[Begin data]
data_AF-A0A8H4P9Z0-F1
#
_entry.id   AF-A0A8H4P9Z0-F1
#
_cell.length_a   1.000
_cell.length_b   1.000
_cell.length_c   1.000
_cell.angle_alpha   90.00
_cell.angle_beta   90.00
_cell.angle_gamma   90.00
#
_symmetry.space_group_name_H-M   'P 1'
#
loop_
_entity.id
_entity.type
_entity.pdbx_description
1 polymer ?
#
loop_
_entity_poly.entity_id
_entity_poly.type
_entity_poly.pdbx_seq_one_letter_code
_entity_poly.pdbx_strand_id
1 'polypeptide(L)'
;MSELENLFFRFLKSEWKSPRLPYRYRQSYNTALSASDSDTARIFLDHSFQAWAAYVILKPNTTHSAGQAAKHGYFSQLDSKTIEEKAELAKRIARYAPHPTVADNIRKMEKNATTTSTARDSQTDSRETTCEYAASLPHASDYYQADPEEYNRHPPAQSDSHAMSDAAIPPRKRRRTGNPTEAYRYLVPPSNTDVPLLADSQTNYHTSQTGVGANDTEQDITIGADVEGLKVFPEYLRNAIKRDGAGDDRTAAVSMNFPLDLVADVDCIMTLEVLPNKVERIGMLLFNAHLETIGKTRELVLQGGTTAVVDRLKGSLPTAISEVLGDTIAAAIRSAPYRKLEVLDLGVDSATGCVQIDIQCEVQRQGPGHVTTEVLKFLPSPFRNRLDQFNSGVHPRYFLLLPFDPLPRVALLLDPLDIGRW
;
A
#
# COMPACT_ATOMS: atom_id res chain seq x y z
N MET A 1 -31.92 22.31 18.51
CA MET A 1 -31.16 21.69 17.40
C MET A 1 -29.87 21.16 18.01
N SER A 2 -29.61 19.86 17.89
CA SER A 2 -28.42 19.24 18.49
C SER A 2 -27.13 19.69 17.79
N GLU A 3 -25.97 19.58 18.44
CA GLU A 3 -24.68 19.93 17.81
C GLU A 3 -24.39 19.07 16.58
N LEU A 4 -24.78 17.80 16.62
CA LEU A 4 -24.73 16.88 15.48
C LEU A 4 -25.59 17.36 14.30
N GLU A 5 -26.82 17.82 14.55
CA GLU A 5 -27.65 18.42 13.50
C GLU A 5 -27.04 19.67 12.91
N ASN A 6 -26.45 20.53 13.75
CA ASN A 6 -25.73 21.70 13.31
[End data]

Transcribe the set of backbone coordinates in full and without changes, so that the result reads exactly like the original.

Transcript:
data_AF-A0A8H4P9Z0-F1
#
_entry.id   AF-A0A8H4P9Z0-F1
#
_cell.length_a   1.000
_cell.length_b   1.000
_cell.length_c   1.000
_cell.angle_alpha   90.00
_cell.angle_beta   90.00
_cell.angle_gamma   90.00
#
_symmetry.space_group_name_H-M   'P 1'
#
loop_
_entity.id
_entity.type
_entity.pdbx_description
1 polymer ?
#
loop_
_entity_poly.entity_id
_entity_poly.type
_entity_poly.pdbx_seq_one_letter_code
_entity_poly.pdbx_strand_id
1 'polypeptide(L)'
;MSELENLFFRFLKSEWKSPRLPYRYRQSYNTALSASDSDTARIFLDHSFQAWAAYVILKPNTTHSAGQAAKHGYFSQLDSKTIEEKAELAKRIARYAPHPTVADNIRKMEKNATTTSTARDSQTDSRETTCEYAASLPHASDYYQADPEEYNRHPPAQSDSHAMSDAAIPPRKRRRTGNPTEAYRYLVPPSNTDVPLLADSQTNYHTSQTGVGANDTEQDITIGADVEGLKVFPEYLRNAIKRDGAGDDRTAAVSMNFPLDLVADVDCIMTLEVLPNKVERIGMLLFNAHLETIGKTRELVLQGGTTAVVDRLKGSLPTAISEVLGDTIAAAIRSAPYRKLEVLDLGVDSATGCVQIDIQCEVQRQGPGHVTTEVLKFLPSPFRNRLDQFNSGVHPRYFLLLPFDPLPRVALLLDPLDIGRW
;
A
#
# COMPACT_ATOMS: atom_id res chain seq x y z
N MET A 1 -31.92 22.31 18.51
CA MET A 1 -31.16 21.69 17.40
C MET A 1 -29.87 21.16 18.01
N SER A 2 -29.61 19.86 17.89
CA SER A 2 -28.42 19.24 18.49
C SER A 2 -27.13 19.69 17.79
N GLU A 3 -25.97 19.58 18.44
CA GLU A 3 -24.68 19.93 17.81
C GLU A 3 -24.39 19.07 16.58
N LEU A 4 -24.78 17.80 16.62
CA LEU A 4 -24.73 16.88 15.48
C LEU A 4 -25.59 17.36 14.30
N GLU A 5 -26.82 17.82 14.55
CA GLU A 5 -27.65 18.42 13.50
C GLU A 5 -27.04 19.67 12.91
N ASN A 6 -26.45 20.53 13.75
CA ASN A 6 -25.73 21.70 13.31